[Fsfe-ie] perspective on e-voting

Niall Douglas s_fsfeurope2 at nedprod.com
Fri Mar 5 01:20:47 CET 2004

Hash: SHA1

On 4 Mar 2004 at 10:54, Fergal Daly wrote:

> > I'd like to see anyone design a CPU which can recognise when the
> > software running on it is tallying votes and adjust them
> > appropriately.
> It's much easier than that, a very simple RF signal would do the trick
> or perhaps a timer or a specific sequence of instructions or a
> sequence of data values some register (corresponding to a specific set
> of voting preferences).

Defensively written software easily flags up such corruption. Really, 
I think you're placing undue emphasis on a method of vote rigging 
when easier, less costly ways are available.

> > Really? And you honestly believe elections aren't already bought?
> Depnds on what you mean by bought. If you mean bribed and tampered
> then, I don't believe that. If you mean the biggest advertiser wins
> then there is some truth to that but there are issues that no amount
> of spending will buy a vote for.

That would depend on how you spend the money. Do you think Berlusconi 
could have got elected without his media empire? Why is it that more 
viewers of FOX in the US voted for Bush, support the Iraq war and 
believe crime is higher than it is than viewers of any other news 

> If a government is found to have been illegally elected then any laws
> it passed would well be invalid. I wasn't suggesting that the incoming
> government would choose to unconvict criminals and unmake laws. They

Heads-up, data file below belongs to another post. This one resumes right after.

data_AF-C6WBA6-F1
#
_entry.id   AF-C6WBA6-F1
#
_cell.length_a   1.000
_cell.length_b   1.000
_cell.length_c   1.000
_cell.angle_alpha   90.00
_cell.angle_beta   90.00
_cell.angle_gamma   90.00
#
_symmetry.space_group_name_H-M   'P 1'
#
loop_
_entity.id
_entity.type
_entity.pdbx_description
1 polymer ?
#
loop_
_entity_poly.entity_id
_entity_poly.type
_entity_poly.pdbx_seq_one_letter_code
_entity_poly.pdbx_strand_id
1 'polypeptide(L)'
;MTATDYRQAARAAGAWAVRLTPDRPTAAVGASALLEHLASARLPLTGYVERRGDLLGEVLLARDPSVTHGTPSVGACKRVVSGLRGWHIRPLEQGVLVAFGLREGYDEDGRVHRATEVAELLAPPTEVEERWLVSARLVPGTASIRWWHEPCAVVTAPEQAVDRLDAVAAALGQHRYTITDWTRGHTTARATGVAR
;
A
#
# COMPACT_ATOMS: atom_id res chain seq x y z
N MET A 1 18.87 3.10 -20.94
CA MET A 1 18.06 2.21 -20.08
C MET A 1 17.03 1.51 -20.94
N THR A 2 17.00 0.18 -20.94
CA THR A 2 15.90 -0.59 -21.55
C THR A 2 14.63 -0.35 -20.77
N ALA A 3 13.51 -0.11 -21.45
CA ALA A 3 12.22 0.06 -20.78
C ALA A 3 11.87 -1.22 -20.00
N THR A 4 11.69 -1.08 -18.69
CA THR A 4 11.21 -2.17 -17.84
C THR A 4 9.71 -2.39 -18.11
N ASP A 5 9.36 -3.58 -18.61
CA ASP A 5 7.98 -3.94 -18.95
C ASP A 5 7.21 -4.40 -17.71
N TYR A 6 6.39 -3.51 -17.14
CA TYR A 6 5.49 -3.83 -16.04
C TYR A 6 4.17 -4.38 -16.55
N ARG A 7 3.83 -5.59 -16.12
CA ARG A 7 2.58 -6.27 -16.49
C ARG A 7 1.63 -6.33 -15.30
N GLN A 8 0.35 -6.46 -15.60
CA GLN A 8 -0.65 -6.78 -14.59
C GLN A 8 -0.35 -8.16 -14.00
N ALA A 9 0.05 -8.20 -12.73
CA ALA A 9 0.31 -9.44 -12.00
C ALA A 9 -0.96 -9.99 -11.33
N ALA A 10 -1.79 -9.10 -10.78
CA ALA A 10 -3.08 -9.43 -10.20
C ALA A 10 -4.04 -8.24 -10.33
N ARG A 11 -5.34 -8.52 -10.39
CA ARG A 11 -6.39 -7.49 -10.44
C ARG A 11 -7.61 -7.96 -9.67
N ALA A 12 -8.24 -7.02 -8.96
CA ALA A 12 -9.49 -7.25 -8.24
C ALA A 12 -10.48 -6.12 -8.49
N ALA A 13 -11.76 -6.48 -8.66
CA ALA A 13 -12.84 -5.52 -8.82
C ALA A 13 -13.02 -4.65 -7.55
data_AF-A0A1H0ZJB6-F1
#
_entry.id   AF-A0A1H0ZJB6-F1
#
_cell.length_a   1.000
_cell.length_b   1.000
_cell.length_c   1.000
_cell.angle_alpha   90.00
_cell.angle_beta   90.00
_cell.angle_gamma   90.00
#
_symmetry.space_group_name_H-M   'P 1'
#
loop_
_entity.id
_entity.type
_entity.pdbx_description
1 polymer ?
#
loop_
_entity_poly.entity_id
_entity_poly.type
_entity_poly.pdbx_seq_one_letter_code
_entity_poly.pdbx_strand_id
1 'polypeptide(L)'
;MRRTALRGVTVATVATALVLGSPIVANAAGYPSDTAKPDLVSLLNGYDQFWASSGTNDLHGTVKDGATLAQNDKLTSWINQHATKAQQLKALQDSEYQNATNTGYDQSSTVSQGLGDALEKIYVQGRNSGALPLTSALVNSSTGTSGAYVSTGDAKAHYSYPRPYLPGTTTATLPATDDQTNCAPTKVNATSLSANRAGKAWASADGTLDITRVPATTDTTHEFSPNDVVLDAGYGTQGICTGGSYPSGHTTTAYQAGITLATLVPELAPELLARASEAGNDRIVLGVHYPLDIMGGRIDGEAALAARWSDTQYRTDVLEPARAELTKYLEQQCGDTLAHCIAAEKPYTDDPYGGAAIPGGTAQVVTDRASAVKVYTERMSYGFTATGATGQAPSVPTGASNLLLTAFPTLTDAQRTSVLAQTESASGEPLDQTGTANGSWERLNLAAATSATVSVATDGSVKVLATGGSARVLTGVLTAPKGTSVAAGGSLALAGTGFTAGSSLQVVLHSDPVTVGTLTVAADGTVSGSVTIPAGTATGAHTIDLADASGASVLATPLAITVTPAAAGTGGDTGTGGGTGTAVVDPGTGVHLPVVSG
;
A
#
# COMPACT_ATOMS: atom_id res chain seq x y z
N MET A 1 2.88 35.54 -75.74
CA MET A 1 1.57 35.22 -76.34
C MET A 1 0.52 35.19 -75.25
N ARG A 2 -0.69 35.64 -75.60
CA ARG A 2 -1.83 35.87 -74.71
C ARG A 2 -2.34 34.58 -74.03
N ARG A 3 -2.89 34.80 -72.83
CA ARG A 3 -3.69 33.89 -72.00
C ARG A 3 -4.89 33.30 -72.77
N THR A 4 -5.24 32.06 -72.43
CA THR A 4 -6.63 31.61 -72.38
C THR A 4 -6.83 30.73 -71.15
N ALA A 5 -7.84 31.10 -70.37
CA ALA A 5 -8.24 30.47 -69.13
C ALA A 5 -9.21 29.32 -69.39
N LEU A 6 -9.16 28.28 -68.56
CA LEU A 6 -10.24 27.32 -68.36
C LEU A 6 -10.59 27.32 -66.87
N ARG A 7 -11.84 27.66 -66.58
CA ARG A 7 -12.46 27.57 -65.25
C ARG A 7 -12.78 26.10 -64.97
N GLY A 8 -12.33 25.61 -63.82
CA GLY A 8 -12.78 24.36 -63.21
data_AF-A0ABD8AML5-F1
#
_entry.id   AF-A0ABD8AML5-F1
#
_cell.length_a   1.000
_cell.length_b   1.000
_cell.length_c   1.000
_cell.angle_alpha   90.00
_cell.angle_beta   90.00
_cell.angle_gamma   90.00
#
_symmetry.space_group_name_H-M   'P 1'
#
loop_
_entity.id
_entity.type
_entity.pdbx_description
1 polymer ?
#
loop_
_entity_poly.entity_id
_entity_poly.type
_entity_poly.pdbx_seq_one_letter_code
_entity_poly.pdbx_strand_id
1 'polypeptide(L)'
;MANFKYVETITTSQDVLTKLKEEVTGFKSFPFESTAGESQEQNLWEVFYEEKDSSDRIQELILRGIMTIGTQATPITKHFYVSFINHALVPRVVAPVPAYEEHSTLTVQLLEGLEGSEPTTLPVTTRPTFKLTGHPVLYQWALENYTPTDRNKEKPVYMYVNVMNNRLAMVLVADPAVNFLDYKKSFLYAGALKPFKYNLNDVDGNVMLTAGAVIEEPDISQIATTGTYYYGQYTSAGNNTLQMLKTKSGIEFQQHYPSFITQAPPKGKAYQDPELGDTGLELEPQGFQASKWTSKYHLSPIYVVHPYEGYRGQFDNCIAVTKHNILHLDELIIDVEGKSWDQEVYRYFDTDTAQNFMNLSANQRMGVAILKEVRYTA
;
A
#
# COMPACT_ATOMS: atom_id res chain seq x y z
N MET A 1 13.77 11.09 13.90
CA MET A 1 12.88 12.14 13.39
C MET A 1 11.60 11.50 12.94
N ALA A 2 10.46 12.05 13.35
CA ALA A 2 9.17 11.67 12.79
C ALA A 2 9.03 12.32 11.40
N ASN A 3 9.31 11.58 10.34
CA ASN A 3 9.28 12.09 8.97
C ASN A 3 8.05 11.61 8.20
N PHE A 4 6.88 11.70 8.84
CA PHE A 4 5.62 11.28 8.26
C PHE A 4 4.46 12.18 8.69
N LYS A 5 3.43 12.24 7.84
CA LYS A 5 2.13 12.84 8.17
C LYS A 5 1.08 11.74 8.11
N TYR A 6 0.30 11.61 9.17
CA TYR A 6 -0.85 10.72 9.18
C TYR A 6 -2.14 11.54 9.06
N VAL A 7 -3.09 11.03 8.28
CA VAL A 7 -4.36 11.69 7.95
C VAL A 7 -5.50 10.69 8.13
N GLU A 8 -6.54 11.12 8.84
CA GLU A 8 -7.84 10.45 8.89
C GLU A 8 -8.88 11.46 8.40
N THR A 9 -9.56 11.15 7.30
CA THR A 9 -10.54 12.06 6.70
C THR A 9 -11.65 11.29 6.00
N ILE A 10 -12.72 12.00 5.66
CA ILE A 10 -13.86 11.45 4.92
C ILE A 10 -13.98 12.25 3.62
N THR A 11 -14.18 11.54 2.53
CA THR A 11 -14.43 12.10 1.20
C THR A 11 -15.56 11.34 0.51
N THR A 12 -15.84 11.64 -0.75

> may have no choice. If I'm convicted under a law enacted by an
> illegally elected goverment then I have a very good case for being
> freed.

Hmm, a peculiar artifact of our system.

> I didn't mean the interface, I'm talking about the fact that no one
> will actually understand what's going on behind the scenes. The
> current paper system is absolutely transparent. Anyone can watch any
> part of it, that is why people trust it. A system which seems to
> magically produce the result, no matter how fair it actually is, is a
> big step backwards in my view,

The thing is, most things in life appear to work magically to most 
people. So long as they work consistent with what they expect ie; are 
fair, trust builds irrespective of transparency - for example, most 
people have never seen the inside of a court but do trust the 
judicial system. For those who are more interested in the detail, if 
they investigate the mathematical properties of such a system and 
review the software themselves, they'll find it works as expected. 
Needless to say, anyone should be able to crack open the copy of the 
evoting software on their mobile and see if it's what they expect it 
to be.

What I'm trying really to say is that trust is more often delegated 
than built - if various key people endorse a system, most people will 
believe them without ever investigating the system for themselves. 
This is why after all people sell stuff through getting sports heroes 
to endorse products.


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